On this day in 1940, Nazi Germany begins the first in a long and bloody series of bombing raids against England, known as the Battle of Britain, which together with civilian attrition bombing known as The Blitz, lasts from July 10, 1940 until June 1941. Whilst much is said, written and depicted of US and USSR valor at Normandy and Stalingrad, respectively, it is this writer’s humble opinion that the near-irrational courage demonstrated by British women, men and children in all great likelihood saved humanity.
Shortly after the withdrawal of British forces from the European continent in the Dunkirk evacuation (late May–early June 1940), Germany’s armored forces completed their blitzkrieg invasion of France. The French government collapsed on June 16 and was replaced by a Vichy regime that immediately sued for peace. This left the British suddenly alone in their “island home” as the last bastion against “the menace of tyranny,” in the words of Prime Minister Winston Churchill.
At this juncture, Adolf Hitler apparently counted on the British government’s acquiescence to a compromise peace on favorable terms he was prepared to offer; he had no desire to immediately press the conflict to a decisive conclusion. The German army was given to understand the war was over, leave was granted, and the Luftwaffe was shifted to other quarters. Even when Churchill’s determination to continue the war was made manifest, Hitler still clung to the belief that it was merely a bluff, feeling that Britain must recognize “her militarily hopeless situation.”
By July 2, Hitler realized his assessment was off, and preparations for Operation Sea Lion, the amphibious invasion of Britain, began with emphasis on German air superiority. Over the tips of their skis, the Huns were hastily contemplating the ad hoc use of barges and decking to get them on English soil, and Air Marshal Hermann Goring expressed high confidence that his planes could check British naval interference and drive the RAF out of the sky. The invasion attempt would be slated for mid-September.
Beginning with bomber attacks against shipping on July 10 and continuing into early August, a rising stream of air attacks was delivered against British convoys and ports. Then, on August 13, the main offensive, called Adlerangriff (“Eagle Attack”) by Hitler, was unleashed initially against air bases, but also against aircraft factories and radar stations in southeastern England. Although targets and tactics were changed in different phases, the underlying object was always to wear down Britain’s air defense, and indeed the effort severely strained the limited resources of Fighter Command, under Air Chief Marshal Sir Hugh Dowding.
Dwindling British pilots had to overwhelm German counter parts at a rough kill rate of four to one; approximately 2,500 Luftwaffe aircraft pitted against 650 English. To fend off the bombers, Fighter Command employed squadrons of durable and heavily armed Hawker Hurricanes, preferring to save the faster and more agile Supermarine Spitfire, unsurpassed as an interceptor by any fighter in any other air force, for use against the bombers’ fighter escorts. Radar and the “Dowding system” proved invaluable.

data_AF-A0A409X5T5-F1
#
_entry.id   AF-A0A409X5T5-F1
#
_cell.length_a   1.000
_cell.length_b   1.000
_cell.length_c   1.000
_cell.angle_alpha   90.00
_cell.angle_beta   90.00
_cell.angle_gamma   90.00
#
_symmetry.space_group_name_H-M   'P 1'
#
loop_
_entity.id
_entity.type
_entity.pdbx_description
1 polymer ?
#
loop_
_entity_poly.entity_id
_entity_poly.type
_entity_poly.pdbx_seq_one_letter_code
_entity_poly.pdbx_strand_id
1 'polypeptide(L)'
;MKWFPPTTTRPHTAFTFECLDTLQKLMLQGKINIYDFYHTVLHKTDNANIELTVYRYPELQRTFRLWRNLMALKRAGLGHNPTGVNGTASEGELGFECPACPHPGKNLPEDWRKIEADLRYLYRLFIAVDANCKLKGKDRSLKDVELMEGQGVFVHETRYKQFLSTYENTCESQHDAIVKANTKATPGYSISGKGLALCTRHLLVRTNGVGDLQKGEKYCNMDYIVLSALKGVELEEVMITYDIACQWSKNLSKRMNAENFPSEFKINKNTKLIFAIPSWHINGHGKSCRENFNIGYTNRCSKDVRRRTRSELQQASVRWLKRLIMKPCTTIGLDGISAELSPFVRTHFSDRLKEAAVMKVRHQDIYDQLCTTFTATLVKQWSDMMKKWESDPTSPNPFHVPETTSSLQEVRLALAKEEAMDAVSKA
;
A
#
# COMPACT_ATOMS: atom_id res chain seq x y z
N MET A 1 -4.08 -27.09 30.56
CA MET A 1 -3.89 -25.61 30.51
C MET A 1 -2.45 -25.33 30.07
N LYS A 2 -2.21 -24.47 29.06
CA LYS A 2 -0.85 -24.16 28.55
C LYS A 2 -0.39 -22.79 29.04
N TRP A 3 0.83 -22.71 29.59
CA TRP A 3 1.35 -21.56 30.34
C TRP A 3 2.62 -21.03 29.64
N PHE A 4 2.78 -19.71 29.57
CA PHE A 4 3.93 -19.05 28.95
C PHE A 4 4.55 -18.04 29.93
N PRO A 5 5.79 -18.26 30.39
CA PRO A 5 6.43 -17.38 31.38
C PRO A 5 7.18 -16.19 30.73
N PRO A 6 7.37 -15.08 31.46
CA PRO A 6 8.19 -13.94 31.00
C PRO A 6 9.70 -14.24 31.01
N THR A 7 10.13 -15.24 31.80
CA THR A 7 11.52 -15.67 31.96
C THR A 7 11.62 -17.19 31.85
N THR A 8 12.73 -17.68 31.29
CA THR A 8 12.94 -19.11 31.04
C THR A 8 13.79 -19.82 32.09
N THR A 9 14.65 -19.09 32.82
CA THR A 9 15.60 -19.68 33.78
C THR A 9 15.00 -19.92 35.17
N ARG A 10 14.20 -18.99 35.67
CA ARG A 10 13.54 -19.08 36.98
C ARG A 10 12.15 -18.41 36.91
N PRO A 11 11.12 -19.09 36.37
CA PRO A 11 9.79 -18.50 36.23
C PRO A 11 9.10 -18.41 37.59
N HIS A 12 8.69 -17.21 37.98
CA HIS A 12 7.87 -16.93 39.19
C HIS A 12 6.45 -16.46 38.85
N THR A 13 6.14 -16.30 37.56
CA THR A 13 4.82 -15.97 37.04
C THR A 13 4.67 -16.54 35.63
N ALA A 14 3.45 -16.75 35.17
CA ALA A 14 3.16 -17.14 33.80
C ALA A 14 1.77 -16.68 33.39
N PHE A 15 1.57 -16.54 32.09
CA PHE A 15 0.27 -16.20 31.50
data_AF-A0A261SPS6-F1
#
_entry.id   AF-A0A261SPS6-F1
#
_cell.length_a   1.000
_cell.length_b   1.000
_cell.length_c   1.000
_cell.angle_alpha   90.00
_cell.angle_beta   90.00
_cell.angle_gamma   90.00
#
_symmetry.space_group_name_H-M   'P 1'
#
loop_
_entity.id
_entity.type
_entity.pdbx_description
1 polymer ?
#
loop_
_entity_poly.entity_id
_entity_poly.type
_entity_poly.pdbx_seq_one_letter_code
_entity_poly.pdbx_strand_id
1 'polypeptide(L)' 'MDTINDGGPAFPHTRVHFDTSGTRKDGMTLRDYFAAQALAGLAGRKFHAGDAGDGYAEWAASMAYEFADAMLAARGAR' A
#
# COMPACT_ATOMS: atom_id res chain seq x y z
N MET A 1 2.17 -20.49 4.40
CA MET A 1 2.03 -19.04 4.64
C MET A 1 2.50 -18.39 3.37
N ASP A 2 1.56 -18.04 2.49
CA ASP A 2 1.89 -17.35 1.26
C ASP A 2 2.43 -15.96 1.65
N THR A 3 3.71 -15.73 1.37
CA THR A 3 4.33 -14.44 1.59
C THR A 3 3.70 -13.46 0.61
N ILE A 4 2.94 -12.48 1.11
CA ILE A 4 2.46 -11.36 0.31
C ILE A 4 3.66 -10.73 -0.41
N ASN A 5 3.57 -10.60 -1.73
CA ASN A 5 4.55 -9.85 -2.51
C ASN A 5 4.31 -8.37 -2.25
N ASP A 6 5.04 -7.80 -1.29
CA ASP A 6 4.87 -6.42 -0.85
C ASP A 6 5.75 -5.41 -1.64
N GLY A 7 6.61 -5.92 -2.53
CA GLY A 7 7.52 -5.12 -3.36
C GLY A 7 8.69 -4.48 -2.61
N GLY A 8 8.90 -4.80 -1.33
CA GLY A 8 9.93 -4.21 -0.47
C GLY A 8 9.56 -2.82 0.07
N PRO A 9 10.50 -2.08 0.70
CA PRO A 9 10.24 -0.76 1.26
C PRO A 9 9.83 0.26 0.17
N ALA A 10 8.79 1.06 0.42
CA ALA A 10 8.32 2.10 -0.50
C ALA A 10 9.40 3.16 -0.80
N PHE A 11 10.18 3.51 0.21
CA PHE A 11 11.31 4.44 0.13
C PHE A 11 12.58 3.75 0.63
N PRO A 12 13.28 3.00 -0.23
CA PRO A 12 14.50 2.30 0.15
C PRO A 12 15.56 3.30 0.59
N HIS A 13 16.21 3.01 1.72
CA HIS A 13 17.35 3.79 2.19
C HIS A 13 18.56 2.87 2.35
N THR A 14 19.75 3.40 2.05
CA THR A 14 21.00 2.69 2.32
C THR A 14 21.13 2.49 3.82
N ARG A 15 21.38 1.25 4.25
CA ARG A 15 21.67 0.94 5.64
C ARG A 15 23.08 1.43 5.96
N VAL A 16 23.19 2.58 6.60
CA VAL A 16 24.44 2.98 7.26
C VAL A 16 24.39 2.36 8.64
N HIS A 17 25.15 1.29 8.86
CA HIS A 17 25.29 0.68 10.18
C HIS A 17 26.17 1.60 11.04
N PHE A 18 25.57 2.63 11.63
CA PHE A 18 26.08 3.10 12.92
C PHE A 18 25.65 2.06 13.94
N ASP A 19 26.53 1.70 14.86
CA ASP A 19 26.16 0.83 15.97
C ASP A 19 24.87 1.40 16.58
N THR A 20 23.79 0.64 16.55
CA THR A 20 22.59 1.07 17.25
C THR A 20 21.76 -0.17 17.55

In addition to technology, Britain had the advantage of fighting against an enemy that had no systematic or consistent plan of action. At the beginning of September, the Germans errantly dropped loads on civilian areas in London, and the British retaliated by unexpectedly launching a bombing raid on Berlin. This so infuriated Hitler that he ordered the Luftwaffe to shift its attacks from Fighter Command installations to London and other cities. Beginning on September 7, London was attacked on 57 consecutive nights. The bombing of London, Coventry, Liverpool, and other cities went on for several months, but it had an immediate benefit for the RAF; stressed fighter groups were relieved in lieu of fresh ones, gaining more stick time and skill.
By mid-September, RAF Fighter Command had demonstrated that the Luftwaffe could not gain air ascendancy over Britain. British fighters were shooting down German bombers faster than German industry could produce them. To avoid the deadly RAF fighters, the Luftwaffe shifted almost entirely to night raids on Britain’s industrial centers. The “Blitz” was to cause many thousand deaths and great hardship for the civilian population, but it contributed little to the main purpose of the air offensive; to dominate the skies in advance of an invasion of England.
On September 3, the date of German invasion had been deferred to September 21, and then on September 19 Hitler ordered the shipping gathered for Operation Sea Lion to be dispersed. On October 12 he announced that the operation was off for the winter, and long before the arrival of spring he decided to turn eastward against Russia. Plans for an invasion were definitively discarded; the evidence was clear that Goring’s Luftwaffe had greatly exaggerated the extent of their successes against the RAF, and Hitler postponed Sea Lion indefinitely. The campaign continued at a reduced but deadly level into June of 1941, with a total 14,286 civilian souls lost to German bombs.
Within the shank of the battle, PM Winston Churchill remarked “Never, in the field of human conflict, was so much owed by so many to so few.” 1,542 such few gave their lives in the course of air combat; as of May 2020, only one of “The Few,” Flying Officer John Hemingway, is still with us.